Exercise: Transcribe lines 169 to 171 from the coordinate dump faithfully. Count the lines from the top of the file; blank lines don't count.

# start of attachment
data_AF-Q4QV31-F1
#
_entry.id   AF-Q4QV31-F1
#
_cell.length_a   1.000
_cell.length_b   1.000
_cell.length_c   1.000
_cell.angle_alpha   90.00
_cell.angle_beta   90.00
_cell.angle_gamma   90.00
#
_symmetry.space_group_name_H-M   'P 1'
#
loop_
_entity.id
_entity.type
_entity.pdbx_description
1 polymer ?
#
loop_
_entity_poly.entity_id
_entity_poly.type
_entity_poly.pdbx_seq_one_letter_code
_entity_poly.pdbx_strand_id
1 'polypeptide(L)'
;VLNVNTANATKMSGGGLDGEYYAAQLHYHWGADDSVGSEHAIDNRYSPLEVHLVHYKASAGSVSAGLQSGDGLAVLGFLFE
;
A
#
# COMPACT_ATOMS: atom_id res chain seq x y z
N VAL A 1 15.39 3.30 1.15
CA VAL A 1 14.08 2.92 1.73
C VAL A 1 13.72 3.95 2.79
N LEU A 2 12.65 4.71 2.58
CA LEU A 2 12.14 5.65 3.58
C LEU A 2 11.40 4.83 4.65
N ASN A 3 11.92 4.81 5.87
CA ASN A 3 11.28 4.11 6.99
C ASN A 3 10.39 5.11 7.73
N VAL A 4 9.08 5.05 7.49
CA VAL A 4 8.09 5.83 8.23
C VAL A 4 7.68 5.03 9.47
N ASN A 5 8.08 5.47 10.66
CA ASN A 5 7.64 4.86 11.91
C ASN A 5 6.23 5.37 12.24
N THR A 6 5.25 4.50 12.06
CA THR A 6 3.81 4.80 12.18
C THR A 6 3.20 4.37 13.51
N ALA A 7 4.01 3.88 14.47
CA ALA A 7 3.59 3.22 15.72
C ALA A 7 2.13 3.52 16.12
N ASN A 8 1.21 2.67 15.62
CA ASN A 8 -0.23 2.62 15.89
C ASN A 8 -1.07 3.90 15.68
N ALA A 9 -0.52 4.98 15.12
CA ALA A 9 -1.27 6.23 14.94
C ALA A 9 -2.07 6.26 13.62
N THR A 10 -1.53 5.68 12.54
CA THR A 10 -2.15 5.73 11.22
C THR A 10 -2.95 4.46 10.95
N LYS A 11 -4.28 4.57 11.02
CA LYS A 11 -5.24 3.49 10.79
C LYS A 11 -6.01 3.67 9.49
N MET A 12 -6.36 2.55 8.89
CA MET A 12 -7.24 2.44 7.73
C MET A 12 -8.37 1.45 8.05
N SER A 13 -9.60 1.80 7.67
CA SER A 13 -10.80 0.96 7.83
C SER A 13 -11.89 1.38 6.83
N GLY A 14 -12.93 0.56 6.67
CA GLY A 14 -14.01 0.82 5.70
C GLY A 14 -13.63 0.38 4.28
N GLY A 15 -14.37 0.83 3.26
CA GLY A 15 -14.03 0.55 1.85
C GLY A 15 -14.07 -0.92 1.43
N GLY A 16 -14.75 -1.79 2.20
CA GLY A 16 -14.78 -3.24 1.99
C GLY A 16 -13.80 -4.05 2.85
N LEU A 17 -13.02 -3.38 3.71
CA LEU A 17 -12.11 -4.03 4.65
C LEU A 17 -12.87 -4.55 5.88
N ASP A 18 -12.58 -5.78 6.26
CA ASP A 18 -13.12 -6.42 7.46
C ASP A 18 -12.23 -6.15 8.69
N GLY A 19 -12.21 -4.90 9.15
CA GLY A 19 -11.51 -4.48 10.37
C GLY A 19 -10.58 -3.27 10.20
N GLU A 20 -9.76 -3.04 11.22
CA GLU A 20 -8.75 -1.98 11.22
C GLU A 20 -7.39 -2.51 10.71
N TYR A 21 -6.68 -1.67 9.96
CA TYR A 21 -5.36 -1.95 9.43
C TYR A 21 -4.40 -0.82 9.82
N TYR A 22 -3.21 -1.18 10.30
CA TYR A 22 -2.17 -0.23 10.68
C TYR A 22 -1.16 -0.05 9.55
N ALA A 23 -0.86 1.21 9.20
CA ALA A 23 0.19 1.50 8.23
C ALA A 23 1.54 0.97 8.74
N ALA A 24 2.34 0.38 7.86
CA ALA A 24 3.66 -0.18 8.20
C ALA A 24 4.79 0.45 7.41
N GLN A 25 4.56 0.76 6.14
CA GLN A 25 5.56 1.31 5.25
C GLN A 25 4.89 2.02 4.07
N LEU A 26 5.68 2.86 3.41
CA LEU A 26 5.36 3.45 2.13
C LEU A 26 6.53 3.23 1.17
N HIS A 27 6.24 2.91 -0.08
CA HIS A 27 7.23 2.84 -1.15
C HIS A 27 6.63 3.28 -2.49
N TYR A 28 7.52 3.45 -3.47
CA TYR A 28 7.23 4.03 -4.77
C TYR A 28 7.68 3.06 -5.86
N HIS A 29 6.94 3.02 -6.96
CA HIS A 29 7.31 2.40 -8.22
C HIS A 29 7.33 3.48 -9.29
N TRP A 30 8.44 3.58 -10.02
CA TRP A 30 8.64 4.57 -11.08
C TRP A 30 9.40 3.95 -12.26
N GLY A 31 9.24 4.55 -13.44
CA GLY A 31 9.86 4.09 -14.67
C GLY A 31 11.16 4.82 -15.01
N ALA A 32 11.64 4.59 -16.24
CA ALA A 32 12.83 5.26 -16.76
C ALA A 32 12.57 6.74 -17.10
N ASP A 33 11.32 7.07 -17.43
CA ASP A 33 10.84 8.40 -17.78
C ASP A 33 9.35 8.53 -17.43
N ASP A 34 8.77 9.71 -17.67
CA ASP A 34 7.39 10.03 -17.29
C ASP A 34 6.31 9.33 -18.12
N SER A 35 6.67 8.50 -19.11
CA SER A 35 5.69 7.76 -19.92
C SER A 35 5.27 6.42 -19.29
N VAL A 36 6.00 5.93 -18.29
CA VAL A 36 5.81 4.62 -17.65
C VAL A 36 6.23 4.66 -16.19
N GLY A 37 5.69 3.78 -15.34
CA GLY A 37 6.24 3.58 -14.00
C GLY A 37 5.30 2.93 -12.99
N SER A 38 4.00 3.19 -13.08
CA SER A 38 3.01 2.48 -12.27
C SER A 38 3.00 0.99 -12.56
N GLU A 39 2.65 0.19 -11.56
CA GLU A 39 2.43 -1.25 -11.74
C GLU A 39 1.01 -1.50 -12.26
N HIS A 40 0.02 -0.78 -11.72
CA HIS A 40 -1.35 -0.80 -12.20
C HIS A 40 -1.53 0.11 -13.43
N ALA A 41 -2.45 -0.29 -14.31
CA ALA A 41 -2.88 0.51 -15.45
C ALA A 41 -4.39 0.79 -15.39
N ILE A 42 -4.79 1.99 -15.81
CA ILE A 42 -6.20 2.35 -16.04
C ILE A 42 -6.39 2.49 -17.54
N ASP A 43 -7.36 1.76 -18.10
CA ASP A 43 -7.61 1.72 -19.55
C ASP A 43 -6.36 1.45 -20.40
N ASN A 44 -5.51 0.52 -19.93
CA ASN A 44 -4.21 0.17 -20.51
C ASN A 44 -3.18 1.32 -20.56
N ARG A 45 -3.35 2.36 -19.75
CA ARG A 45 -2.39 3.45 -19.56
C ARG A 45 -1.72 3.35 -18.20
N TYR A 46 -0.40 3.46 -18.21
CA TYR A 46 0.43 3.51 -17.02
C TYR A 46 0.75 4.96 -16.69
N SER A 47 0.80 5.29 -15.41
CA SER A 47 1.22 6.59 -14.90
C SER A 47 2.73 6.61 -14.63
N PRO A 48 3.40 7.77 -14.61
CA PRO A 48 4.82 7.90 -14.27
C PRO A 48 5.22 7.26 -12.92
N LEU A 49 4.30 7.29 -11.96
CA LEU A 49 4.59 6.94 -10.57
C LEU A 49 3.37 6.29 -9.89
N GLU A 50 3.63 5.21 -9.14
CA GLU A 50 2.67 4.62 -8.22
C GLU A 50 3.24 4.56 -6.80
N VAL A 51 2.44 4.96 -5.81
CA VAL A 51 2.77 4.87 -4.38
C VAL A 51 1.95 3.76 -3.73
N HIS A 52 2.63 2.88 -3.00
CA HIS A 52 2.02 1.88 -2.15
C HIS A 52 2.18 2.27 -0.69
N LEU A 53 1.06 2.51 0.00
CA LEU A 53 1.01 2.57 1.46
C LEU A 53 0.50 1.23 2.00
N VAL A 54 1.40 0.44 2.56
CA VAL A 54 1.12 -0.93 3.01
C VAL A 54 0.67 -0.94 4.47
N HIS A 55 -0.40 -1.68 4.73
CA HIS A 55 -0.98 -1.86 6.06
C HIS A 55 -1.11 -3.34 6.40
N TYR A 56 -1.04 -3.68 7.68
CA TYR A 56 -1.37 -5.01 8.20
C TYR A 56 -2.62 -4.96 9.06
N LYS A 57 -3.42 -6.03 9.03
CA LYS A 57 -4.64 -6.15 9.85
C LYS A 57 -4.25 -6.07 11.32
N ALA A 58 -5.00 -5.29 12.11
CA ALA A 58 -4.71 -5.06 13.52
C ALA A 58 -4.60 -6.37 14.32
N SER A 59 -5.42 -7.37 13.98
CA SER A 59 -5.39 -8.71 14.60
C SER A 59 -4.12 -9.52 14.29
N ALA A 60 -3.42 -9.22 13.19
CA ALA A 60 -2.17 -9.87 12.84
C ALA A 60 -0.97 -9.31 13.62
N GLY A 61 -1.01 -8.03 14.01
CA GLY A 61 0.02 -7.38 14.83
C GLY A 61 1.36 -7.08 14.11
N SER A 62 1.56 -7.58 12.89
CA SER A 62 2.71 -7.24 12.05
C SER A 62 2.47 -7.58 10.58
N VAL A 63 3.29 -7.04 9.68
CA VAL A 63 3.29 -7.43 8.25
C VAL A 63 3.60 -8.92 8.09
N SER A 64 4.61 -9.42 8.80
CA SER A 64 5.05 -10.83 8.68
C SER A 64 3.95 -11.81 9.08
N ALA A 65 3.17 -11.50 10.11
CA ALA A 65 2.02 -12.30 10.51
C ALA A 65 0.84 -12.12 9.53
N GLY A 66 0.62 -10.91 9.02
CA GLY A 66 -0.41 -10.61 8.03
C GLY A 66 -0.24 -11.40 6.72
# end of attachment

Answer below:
N SER A 47 0.80 5.29 -15.41
CA SER A 47 1.22 6.59 -14.90
C SER A 47 2.73 6.61 -14.63